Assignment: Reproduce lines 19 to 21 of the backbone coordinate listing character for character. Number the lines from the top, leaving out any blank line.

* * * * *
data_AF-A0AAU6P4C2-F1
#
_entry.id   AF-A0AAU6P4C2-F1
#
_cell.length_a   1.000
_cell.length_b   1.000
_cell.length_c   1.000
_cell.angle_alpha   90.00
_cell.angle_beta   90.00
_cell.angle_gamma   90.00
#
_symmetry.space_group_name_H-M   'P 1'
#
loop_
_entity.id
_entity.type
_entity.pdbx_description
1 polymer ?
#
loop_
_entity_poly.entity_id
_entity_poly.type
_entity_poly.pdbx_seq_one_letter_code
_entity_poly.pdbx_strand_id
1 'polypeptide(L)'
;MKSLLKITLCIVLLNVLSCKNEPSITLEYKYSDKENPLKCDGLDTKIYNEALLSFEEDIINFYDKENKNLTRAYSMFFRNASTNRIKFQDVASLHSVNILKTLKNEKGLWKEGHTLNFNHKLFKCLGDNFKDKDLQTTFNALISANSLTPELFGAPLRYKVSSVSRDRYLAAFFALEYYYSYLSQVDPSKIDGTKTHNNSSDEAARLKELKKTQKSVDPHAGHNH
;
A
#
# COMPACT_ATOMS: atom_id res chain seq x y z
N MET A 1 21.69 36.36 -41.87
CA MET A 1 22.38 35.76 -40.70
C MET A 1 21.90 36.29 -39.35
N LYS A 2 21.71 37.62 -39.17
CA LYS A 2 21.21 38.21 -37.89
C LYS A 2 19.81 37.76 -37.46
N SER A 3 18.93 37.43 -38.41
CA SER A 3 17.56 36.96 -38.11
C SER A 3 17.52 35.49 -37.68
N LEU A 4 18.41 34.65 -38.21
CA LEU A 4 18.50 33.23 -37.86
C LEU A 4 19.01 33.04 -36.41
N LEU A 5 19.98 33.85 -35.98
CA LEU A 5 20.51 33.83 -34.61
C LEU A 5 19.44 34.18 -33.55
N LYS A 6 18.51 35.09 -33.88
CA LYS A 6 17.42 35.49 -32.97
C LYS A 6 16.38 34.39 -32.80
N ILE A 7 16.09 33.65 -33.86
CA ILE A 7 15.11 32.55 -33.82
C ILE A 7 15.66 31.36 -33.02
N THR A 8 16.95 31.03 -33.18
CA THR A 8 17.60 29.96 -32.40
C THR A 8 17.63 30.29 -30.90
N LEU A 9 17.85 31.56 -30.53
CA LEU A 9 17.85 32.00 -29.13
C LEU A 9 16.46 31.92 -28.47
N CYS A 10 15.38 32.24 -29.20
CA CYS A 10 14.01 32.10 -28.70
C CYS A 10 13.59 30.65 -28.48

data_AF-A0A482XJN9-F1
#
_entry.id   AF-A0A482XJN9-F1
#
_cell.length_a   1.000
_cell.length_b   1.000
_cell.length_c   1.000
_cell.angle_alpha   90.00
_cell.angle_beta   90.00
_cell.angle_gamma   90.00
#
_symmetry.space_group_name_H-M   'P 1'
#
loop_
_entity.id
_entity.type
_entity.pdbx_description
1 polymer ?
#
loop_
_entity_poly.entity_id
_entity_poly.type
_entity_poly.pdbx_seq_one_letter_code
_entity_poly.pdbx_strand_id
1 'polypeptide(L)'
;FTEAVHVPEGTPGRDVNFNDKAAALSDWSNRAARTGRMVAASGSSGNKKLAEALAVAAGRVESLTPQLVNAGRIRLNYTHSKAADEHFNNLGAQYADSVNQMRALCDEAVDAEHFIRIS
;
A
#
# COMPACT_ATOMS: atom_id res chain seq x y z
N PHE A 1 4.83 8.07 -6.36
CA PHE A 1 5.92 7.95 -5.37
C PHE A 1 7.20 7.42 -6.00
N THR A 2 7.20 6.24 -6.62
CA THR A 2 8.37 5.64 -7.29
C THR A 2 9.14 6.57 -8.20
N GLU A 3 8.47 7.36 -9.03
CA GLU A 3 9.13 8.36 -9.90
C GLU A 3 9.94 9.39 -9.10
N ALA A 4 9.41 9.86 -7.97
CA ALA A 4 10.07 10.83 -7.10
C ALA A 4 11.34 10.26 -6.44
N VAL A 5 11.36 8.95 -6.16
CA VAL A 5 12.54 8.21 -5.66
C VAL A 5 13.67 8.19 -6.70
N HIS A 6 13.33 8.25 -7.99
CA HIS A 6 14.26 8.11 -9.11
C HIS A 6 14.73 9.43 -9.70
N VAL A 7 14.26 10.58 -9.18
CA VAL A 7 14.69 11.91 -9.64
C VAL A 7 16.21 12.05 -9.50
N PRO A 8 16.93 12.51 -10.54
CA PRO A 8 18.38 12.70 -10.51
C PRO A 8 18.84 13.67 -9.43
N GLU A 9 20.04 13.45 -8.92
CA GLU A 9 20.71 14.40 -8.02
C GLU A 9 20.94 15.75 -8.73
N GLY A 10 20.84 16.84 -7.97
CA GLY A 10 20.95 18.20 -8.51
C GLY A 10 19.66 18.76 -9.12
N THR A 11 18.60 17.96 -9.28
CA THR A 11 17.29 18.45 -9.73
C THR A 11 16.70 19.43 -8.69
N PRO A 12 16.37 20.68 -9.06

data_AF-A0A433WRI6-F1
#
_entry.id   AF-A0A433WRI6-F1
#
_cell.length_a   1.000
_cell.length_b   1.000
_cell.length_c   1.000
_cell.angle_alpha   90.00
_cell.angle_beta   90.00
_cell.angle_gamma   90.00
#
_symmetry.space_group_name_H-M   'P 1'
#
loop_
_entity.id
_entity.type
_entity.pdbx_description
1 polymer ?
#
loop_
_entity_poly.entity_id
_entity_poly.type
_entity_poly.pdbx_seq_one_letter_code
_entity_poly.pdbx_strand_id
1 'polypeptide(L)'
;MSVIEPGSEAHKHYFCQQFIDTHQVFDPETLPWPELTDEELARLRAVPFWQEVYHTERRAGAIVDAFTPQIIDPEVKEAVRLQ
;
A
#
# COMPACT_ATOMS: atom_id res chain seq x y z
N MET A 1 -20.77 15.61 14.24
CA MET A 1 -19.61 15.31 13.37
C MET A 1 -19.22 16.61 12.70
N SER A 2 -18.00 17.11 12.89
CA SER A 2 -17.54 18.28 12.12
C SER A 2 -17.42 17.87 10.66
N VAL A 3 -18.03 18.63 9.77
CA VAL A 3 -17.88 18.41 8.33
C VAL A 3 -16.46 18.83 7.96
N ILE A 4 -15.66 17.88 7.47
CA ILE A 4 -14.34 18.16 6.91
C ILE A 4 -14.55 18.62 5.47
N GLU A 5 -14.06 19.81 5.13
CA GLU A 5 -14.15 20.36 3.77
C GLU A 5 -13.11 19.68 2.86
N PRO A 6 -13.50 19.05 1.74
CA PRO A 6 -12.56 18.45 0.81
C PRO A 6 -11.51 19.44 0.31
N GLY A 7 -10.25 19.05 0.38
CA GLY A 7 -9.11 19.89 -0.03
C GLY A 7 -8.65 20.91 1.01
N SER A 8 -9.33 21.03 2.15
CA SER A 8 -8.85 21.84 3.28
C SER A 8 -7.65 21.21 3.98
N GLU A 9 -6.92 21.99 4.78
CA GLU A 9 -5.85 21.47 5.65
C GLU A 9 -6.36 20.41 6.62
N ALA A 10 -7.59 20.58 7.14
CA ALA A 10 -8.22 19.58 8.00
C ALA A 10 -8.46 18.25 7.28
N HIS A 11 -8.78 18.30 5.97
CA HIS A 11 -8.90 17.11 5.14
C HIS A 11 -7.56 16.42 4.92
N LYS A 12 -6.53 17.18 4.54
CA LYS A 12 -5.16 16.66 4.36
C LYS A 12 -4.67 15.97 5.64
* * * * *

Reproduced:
#
loop_
_entity_poly.entity_id